This study is one of a series of regional studies which aim to present
evidence of the interactions between environmental, social, political
and economic risks at the local level in Bangladesh, India, Nepal and
Pakistan. Drawing on field-research and consultations with
policy-makers, practitioners and academics, this case study seeks to
identify obstacles to and opportunities for interventions to build
resilience to interlinked environmental and security risks in fragile,
post-conflict contexts in Nepal. The case study compares Rolpa, a
district which is characterised by high vulnerability to drought and
landslides, with Dang and Banke, which face ow/moderate exposure to
climate change, to identify the different dimensions of resilience in
these varying districts.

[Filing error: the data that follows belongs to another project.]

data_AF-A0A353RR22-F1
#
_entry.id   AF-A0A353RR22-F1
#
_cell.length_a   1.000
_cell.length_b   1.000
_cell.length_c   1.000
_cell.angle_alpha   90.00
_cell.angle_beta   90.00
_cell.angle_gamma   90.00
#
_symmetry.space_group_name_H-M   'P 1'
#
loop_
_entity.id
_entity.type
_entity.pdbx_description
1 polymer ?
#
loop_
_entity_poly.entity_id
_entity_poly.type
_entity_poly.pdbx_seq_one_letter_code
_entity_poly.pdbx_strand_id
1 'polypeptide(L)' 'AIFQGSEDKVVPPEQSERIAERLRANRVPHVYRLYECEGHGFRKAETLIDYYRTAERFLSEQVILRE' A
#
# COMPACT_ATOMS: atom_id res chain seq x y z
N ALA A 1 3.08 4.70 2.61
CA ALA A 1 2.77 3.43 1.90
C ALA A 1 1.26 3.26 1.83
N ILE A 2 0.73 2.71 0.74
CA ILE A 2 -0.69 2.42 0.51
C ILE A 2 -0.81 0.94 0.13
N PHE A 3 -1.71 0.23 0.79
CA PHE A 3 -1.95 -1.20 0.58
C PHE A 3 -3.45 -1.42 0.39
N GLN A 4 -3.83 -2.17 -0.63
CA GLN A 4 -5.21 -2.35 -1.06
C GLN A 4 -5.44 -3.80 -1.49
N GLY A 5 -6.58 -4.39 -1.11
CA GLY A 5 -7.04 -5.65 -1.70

In order to understand local resilience, the case study aims to address
two key questions:
1. What are the root causes of vulnerability (to climate and conflict
2. How can external adaptation interventions (by the state or
international institutions) address these root causes of vulnerability?
Findings from this study point to the following as key priority areas to
• Stronger communication between capital and local leaders to ensure
greater awareness and effective implementation of national climate
change plans and policies at the local level;
• Stronger local fund management mechanisms to ensure effectiveness of
resilience building initiatives;
• Planning for how best to manage future migration in a peaceful way;
• Promoting an enabling environment for climate-sensitive business,
where the private sector can play a key role in building resilience by
promoting alternative climate-resilient livelihoods.
Pandey, N.; Vivekananda, J. Strengthening responses to climate variability in south Asia. Discussion paper: Nepal. International Alert, (2013) 44 pp.
Strengthening responses to climate variability in south Asia. Discussion paper: Nepal